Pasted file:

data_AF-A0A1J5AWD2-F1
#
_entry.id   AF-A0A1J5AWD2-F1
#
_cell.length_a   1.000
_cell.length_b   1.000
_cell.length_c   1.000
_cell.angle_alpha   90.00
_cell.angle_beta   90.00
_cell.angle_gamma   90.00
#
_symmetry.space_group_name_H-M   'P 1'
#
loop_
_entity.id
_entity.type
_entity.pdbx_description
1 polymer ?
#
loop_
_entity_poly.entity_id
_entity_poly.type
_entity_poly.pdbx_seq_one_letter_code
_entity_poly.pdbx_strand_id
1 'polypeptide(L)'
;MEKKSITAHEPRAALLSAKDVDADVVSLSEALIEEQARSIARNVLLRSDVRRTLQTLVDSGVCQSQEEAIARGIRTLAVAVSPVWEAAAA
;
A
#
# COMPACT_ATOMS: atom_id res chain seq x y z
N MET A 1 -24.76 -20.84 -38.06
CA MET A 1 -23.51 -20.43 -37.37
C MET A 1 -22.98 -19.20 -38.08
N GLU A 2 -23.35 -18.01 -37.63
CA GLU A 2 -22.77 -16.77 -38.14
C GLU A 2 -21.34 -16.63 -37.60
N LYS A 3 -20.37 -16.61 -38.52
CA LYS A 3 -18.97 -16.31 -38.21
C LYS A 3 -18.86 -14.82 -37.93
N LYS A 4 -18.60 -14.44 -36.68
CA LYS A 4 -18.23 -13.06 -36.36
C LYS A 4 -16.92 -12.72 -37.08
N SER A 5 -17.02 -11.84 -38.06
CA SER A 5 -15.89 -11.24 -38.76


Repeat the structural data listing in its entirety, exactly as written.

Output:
data_AF-A0A1J5AWD2-F1
#
_entry.id   AF-A0A1J5AWD2-F1
#
_cell.length_a   1.000
_cell.length_b   1.000
_cell.length_c   1.000
_cell.angle_alpha   90.00
_cell.angle_beta   90.00
_cell.angle_gamma   90.00
#
_symmetry.space_group_name_H-M   'P 1'
#
loop_
_entity.id
_entity.type
_entity.pdbx_description
1 polymer ?
#
loop_
_entity_poly.entity_id
_entity_poly.type
_entity_poly.pdbx_seq_one_letter_code
_entity_poly.pdbx_strand_id
1 'polypeptide(L)'
;MEKKSITAHEPRAALLSAKDVDADVVSLSEALIEEQARSIARNVLLRSDVRRTLQTLVDSGVCQSQEEAIARGIRTLAVAVSPVWEAAAA
;
A
#
# COMPACT_ATOMS: atom_id res chain seq x y z
N MET A 1 -24.76 -20.84 -38.06
CA MET A 1 -23.51 -20.43 -37.37
C MET A 1 -22.98 -19.20 -38.08
N GLU A 2 -23.35 -18.01 -37.63
CA GLU A 2 -22.77 -16.77 -38.14
C GLU A 2 -21.34 -16.63 -37.60
N LYS A 3 -20.37 -16.61 -38.52
CA LYS A 3 -18.97 -16.31 -38.21
C LYS A 3 -18.86 -14.82 -37.93
N LYS A 4 -18.60 -14.44 -36.68
CA LYS A 4 -18.23 -13.06 -36.36
C LYS A 4 -16.92 -12.72 -37.08
N SER A 5 -17.02 -11.84 -38.06
CA SER A 5 -15.89 -11.24 -38.76